Cloud // Cloud Storage
11:14 PM
Bob Evans
Bob Evans
Core System Testing: How to Achieve Success
Oct 06, 2016
Property and Casualty Insurers have been investing in modernizing their core systems to provide fl ...Read More>>

Global CIO: Larry Ellison Vows To 'Go After' HP; Is Alliance Dead?

Calling HP's high-end computers vulnerable, slow, and expensive, Ellison promised to pound HP in the marketplace—this is an "alliance?"

Ever since Hewlett-Packard ousted Mark Hurd four months ago and later replaced him with former SAP CEO Leo' Apotheker, Larry Ellison has blasted the HP board and Apotheker several times, questioning their competence, their intelligence, and their integrity.

But Ellison has been careful in confining his tongue-lashings to the board and to Apotheker, and has avoided bashing longtime strategic partner HP itself.

Until now.

During his introduction last week of some powerful new systems and his announcement of Oracle achieving a new world record in database speed, Ellison hammered HP's hardware products in general and its servers in particular, ridiculing them for being pitifully slow and going so far as referring to HP's top-of-the-line Superdome as "Turtledome."

Not exactly the sort of commentary that CEOs generally make about fully committed strategic partners, is it?

Most ominously for the future prospects of the 30-year Oracle-HP alliance, Ellison promised on three separate occasions that Oracle's new high-end systems would provide the means by which Oracle would "go after" HP in the marketplace.

Lest you think I'm overstating the case, here's Ellison in his own words from my transcription of his remarks at a Dec. 2 webcast of the debut of the Sparc Supercluster. As this excerpt opens, Ellison is describing how Oracle's new system handled itself versus an HP system and an IBM system in a controlled trial of database performance:

"So: how did we do? We have all these great technologies and we put 'em together and tested it to see what kind of performance we'd get. Well let's go back down memory lane a little bit and look at how the other vendors are doing in database," Ellison said.

Global CIO
Global CIOs: A Site Just For You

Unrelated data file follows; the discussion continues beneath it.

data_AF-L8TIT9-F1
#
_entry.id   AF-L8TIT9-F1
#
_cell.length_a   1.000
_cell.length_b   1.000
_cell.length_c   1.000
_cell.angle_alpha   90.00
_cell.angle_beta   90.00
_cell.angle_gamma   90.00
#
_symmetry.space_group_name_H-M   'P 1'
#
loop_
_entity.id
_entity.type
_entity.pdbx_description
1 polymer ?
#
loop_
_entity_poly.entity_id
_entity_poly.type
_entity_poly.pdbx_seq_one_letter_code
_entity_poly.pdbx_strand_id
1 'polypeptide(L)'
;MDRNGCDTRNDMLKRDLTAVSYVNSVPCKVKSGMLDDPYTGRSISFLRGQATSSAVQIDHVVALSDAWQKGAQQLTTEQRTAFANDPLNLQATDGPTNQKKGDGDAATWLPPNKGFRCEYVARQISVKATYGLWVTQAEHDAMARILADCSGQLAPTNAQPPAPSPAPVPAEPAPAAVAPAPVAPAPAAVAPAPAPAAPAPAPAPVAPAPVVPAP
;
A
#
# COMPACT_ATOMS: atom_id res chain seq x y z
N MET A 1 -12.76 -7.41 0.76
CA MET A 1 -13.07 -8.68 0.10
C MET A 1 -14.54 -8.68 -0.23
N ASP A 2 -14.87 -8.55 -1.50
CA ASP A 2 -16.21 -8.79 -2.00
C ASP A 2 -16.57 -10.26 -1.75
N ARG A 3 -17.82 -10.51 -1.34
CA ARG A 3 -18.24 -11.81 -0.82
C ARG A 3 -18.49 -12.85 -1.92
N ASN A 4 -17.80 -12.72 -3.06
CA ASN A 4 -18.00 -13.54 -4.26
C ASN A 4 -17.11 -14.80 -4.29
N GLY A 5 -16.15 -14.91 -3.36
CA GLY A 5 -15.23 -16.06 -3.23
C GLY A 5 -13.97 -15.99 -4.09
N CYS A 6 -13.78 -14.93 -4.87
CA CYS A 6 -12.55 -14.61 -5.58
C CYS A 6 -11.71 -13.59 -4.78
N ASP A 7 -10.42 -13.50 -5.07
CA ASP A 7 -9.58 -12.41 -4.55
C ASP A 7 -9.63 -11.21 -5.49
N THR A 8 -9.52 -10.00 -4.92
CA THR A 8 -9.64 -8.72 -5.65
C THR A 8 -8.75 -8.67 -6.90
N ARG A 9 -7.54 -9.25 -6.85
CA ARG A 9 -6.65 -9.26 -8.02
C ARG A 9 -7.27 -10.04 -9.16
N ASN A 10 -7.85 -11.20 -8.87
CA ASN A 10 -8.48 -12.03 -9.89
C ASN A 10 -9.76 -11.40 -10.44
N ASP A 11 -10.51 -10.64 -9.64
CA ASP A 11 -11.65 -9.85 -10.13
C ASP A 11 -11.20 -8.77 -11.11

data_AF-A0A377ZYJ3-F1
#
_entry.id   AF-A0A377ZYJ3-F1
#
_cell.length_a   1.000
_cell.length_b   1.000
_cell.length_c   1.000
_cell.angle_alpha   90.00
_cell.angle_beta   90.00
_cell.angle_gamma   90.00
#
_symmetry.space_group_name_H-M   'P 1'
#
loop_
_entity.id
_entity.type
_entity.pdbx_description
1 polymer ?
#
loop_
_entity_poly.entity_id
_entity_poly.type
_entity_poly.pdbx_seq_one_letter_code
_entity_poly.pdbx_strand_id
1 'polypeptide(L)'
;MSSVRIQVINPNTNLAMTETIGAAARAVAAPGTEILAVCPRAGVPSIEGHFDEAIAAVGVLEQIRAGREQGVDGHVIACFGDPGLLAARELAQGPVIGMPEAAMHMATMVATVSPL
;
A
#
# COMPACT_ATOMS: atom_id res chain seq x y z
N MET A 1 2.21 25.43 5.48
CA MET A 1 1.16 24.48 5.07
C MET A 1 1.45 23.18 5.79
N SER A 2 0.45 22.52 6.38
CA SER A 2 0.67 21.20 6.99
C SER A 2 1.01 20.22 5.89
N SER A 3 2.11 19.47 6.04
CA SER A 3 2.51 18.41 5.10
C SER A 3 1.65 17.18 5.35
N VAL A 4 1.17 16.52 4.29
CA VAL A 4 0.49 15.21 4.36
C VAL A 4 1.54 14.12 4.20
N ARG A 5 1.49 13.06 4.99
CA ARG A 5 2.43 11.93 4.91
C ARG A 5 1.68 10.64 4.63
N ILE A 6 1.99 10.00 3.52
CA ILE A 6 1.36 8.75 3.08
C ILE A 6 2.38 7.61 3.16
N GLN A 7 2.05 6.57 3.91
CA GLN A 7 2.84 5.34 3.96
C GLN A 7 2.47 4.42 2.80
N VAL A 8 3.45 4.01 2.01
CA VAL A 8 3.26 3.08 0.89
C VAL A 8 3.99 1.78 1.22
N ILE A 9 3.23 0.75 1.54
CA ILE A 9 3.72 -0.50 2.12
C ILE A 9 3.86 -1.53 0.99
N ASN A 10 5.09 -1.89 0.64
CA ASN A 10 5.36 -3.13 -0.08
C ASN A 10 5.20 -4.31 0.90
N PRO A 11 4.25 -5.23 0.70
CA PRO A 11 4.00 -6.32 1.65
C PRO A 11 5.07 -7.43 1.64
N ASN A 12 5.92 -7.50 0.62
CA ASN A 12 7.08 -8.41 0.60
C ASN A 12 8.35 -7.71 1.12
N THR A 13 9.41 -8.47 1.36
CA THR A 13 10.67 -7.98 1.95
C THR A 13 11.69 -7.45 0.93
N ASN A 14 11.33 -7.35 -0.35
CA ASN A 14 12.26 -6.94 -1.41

Visit InformationWeek's Global CIO -- our new online community and information resource for CIOs operating in the global economy.

"HP's got their biggest machine and it's called the Superdome—it's a fast machine, it's a big machine, it runs on a chip called Itanium from Intel and they actually got up to 4 million transactions per minute on one big honkin' Superdome—the biggest thing they could put together," Ellison said.

"And that's the best HP has ever done: 4 million. That's HP's claim to fame."

Ellison then brought up the next slide in his presentation, and this one showed HP's performance at 4 million transactions per minute and IBM's at 10 million per minute. Ellison pulled out his knife and took his first swipe at HP:

1 of 3
Comment  | 
Print  | 
More Insights
Threaded  |  Newest First  |  Oldest First
Google in the Enterprise Survey
Google in the Enterprise Survey
There's no doubt Google has made headway into businesses: Just 28 percent discourage or ban use of its productivity ­products, and 69 percent cite Google Apps' good or excellent ­mobility. But progress could still stall: 59 percent of nonusers ­distrust the security of Google's cloud. Its data privacy is an open question, and 37 percent worry about integration.
Register for InformationWeek Newsletters
White Papers
Current Issue
Top IT Trends to Watch in Financial Services
IT pros at banks, investment houses, insurance companies, and other financial services organizations are focused on a range of issues, from peer-to-peer lending to cybersecurity to performance, agility, and compliance. It all matters.
Twitter Feed
InformationWeek Radio
Sponsored Live Streaming Video
Everything You've Been Told About Mobility Is Wrong
Attend this video symposium with Sean Wisdom, Global Director of Mobility Solutions, and learn about how you can harness powerful new products to mobilize your business potential.